Within any work setting, it’s not uncommon for employees to request time off to attend medical appointments, be it a hospital, dental, optician or any other.
While it’s common practice for them to schedule these appointments outside of their working hours, sometimes this isn’t always possible.
Dealing with staff absences, either scheduled or unscheduled, is a regular occurrence for any HR team.
These absences may be down to a variety of reasons, from maternity to dependant or parental leave to time off for long-term illnesses.
In this piece, we’ll explore time off for medical appointments. It’ll highlight the entitlement of employees and the rules they must follow to meet their legal obligation. It also offers wording you may want to adapt to form part of your absence policy.
Time off for medical appointments law
According to the law, your staff has the right to take time off work during certain circumstances. As well as their normal holiday entitlements, they can take time off to:
- Study or train.
- Have a baby.
- Attend to public duties (jury duty etc.).
- Recover from an illness.
- Look after a child (or children).
- Attend to emergencies (for example time off work for children's hospital appointments), etc.
Although you aren’t legally required to offer paid time off for medical appointments, you may have a contractual obligation to it. If it’s something you’d offer, you must ensure it’s included in your employee’s contract of employment.
You should also include the conditions for requesting this type of absence from work. For example:
- The duration of allowed absence.
- How often they can make this request.
- Whom to inform about the absence.
You may suggest alternatives such as:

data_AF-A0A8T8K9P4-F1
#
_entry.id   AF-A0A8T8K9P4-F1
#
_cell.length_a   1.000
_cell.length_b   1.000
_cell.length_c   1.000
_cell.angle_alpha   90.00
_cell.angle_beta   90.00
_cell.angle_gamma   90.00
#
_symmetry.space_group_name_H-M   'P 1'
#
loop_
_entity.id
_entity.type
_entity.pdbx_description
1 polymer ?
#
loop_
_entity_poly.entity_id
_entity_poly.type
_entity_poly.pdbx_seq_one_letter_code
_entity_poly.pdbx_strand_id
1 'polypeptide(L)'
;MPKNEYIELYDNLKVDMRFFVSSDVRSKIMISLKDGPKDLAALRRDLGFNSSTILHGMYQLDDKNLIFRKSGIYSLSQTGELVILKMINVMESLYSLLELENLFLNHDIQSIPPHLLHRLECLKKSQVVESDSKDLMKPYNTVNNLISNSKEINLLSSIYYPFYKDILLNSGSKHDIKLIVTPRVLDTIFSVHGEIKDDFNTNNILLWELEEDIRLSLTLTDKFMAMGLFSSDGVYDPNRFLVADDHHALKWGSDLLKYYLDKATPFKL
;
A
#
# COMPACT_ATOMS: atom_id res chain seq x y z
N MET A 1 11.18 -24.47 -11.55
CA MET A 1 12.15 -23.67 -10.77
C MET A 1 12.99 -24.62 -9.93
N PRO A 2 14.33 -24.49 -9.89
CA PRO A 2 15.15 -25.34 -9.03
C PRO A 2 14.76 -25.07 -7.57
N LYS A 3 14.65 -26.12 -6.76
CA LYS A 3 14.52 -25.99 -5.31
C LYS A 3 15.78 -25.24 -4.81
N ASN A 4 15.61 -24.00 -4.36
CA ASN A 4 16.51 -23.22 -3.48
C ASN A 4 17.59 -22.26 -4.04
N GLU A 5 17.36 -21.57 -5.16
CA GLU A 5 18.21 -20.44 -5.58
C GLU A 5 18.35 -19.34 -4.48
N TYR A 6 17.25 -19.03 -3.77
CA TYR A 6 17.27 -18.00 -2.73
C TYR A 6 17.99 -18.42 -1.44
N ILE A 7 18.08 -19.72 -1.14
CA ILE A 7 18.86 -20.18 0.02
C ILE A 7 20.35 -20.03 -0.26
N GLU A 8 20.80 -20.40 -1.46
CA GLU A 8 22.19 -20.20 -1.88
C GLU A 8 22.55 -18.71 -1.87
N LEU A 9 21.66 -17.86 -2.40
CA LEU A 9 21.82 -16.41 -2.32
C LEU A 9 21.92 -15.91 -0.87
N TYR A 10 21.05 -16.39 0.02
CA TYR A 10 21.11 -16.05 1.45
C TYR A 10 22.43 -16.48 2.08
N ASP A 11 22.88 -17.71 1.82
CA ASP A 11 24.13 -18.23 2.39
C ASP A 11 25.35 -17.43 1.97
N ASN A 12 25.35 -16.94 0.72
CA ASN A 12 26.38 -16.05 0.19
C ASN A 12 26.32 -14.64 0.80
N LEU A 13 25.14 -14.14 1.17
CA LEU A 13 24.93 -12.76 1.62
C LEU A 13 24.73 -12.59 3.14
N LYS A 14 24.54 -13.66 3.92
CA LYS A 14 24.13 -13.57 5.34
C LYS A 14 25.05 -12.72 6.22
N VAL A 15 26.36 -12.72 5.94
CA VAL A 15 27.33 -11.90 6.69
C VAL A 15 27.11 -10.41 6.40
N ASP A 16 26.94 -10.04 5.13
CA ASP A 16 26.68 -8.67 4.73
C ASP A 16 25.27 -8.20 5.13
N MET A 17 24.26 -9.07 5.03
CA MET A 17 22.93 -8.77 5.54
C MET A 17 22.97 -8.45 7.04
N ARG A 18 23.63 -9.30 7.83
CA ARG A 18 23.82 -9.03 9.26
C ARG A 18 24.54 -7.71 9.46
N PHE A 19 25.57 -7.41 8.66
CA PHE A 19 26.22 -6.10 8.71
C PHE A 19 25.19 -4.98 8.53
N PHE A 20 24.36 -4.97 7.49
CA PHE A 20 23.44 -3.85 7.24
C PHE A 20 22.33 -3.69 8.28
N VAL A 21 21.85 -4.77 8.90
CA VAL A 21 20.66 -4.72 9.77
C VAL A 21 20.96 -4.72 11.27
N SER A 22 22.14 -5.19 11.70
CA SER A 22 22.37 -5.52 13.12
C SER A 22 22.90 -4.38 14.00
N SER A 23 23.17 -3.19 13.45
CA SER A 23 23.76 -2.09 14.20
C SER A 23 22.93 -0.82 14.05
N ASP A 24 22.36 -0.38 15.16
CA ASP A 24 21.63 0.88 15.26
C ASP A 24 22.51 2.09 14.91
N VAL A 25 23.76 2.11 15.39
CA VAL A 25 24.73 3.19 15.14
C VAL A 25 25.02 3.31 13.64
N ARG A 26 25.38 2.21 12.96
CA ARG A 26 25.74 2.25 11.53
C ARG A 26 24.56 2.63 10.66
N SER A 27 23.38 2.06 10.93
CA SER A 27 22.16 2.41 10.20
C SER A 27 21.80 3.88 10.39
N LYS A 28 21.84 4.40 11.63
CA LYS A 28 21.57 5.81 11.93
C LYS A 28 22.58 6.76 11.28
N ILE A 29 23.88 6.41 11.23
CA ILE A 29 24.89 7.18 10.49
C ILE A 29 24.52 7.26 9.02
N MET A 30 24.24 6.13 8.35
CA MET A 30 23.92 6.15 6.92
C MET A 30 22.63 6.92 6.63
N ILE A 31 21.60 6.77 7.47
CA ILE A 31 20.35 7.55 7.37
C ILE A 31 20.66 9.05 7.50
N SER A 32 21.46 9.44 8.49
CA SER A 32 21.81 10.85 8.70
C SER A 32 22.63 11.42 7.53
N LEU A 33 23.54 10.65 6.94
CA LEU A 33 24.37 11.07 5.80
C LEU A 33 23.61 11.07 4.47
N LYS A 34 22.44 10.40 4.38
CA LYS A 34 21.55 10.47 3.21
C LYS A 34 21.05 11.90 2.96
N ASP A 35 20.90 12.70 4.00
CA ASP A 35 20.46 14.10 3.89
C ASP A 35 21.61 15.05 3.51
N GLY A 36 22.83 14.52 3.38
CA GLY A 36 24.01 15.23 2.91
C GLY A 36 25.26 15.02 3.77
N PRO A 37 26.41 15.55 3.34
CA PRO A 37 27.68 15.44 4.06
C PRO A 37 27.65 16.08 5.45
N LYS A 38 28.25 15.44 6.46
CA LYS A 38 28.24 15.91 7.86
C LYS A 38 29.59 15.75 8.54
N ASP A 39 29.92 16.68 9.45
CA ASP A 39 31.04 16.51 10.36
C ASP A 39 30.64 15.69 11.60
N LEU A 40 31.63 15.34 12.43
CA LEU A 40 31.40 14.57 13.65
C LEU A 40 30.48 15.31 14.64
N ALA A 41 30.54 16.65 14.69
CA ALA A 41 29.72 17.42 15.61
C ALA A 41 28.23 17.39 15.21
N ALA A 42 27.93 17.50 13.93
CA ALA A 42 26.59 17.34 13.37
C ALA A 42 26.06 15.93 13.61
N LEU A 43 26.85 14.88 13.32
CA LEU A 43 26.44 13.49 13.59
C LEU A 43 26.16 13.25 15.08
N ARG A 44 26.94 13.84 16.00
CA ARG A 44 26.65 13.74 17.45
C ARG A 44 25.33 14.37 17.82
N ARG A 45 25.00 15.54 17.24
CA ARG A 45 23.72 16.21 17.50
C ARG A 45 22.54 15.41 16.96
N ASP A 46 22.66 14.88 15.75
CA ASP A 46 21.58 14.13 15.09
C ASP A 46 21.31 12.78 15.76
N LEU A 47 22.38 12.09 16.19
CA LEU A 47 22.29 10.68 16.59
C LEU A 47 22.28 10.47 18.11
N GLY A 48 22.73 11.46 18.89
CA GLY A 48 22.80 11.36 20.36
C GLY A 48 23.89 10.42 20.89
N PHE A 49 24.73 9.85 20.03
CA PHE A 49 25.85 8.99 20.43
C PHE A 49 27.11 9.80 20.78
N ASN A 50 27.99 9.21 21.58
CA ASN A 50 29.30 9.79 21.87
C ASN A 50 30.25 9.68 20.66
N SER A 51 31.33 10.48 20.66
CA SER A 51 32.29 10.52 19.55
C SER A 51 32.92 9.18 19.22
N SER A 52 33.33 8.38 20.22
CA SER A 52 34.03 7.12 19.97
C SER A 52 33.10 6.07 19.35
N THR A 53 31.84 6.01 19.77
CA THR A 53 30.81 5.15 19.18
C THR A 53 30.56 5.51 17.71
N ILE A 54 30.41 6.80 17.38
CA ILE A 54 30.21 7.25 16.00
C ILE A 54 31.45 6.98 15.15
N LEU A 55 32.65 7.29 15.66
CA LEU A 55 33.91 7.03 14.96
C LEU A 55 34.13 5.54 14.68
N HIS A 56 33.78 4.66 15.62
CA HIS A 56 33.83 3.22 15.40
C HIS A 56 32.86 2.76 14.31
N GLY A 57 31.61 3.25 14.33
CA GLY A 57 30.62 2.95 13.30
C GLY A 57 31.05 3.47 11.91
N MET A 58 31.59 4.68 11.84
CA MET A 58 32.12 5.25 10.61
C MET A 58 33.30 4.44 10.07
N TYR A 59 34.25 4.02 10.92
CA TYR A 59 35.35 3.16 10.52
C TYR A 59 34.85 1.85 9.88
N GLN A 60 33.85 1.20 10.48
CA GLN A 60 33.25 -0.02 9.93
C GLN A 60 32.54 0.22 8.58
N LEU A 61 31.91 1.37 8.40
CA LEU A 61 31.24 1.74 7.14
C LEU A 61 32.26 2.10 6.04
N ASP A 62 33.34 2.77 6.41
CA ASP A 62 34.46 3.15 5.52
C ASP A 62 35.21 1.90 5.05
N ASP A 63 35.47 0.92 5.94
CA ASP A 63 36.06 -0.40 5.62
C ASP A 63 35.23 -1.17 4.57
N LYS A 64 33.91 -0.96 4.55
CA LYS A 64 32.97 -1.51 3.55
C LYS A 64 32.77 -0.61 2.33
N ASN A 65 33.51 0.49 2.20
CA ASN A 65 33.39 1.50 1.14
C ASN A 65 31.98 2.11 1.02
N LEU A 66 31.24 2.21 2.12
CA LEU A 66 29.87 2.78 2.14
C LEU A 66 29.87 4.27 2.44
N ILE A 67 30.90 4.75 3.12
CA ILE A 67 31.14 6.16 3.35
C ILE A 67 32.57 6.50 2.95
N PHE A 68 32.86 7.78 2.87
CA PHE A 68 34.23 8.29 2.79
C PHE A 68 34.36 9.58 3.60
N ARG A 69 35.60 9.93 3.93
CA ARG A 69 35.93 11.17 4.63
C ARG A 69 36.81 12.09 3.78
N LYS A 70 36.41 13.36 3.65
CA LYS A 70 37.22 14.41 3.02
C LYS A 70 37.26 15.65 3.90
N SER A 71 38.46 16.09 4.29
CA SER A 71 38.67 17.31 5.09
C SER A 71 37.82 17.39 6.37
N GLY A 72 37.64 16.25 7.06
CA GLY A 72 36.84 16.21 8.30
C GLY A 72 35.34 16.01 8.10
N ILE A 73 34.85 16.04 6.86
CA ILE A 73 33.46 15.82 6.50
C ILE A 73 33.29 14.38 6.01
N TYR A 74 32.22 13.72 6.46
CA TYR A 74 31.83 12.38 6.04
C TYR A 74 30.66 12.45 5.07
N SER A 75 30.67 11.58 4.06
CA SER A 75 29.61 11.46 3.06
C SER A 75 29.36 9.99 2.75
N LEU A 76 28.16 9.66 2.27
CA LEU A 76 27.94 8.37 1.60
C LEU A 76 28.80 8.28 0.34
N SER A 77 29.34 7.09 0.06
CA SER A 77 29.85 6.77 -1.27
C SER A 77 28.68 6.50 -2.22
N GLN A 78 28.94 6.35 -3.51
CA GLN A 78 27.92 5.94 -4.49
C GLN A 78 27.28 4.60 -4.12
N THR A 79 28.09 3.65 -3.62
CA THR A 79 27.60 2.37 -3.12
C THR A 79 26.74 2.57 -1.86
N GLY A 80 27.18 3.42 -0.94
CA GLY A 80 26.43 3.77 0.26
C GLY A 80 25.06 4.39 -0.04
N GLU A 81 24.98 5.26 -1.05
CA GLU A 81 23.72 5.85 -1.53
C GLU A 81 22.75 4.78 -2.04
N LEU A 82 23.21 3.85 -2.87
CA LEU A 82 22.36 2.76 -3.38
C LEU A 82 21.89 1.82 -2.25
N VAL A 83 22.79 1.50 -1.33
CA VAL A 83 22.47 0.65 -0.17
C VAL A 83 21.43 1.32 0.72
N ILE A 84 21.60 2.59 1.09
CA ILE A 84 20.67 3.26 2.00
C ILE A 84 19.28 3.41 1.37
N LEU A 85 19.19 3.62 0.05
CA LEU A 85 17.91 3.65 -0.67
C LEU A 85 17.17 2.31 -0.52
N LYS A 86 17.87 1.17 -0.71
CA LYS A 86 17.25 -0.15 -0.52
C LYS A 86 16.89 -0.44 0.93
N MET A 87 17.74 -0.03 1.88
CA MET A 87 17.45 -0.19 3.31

- Booking appointments outside of the normal working hours.
- Using your holiday entitlement.
- Making up the time later (time in lieu).
The law differs when it relates to your pregnant employees. According to employment law, they’re entitled to paid ‘reasonable’ time off for medical appointments such as antenatal care. The legislation also entitles the child's father, the woman's husband, civil partner or partner, or the child's intended parent in a surrogacy arrangement to unpaid time off to attend two antenatal appointments.
Time off for medical appointments policy
For consistency, and to eliminate claims of discrimination, you must set out rules regarding absences from work in your employment contract.
However, instead of creating a policy specifically for medical appointment requests, you can create an absence management policy that covers absences for various reasons including attending medical appointments.
Within the policy, you must highlight your employees’ normal working hours as well as the conditions for requesting time off work for medical appointments. This includes:
- The process for making requests includes whom to contact.
- The different types of time off work.
- How far in advance to request time off.
- Who enforces the absence management policy.
- When it’s paid time off and when it isn’t.
Consider the extract below for wording on absences specifically for medical appointments.
*Start of extract*
In consideration of any requests for time off during working hours for these purposes, your line manager shall be expected to approach such requests reasonably, equitably and consistently, with due regard to the employer's need to maintain a healthy and efficient workforce.
Staff should book time off for routine medical and dental appointments outside of working hours wherever possible.
When this is not possible, the responsible manager shall have sole discretion to grant paid time off to attend a medical or dental appointment, dependent on the type of appointment.
The following options can also be considered by managers and the employee who need to attend any medical or dental appointments:
- Annual leave.
- Time off in lieu (TOIL).
- Arranging to work additional hours.
- Changing their work pattern.
- Unpaid leave.
*End of extract*
Disclaimer: This extract is meant to serve as an example. We don’t take any responsibility for inaccurate or inappropriate use of the document in your business.
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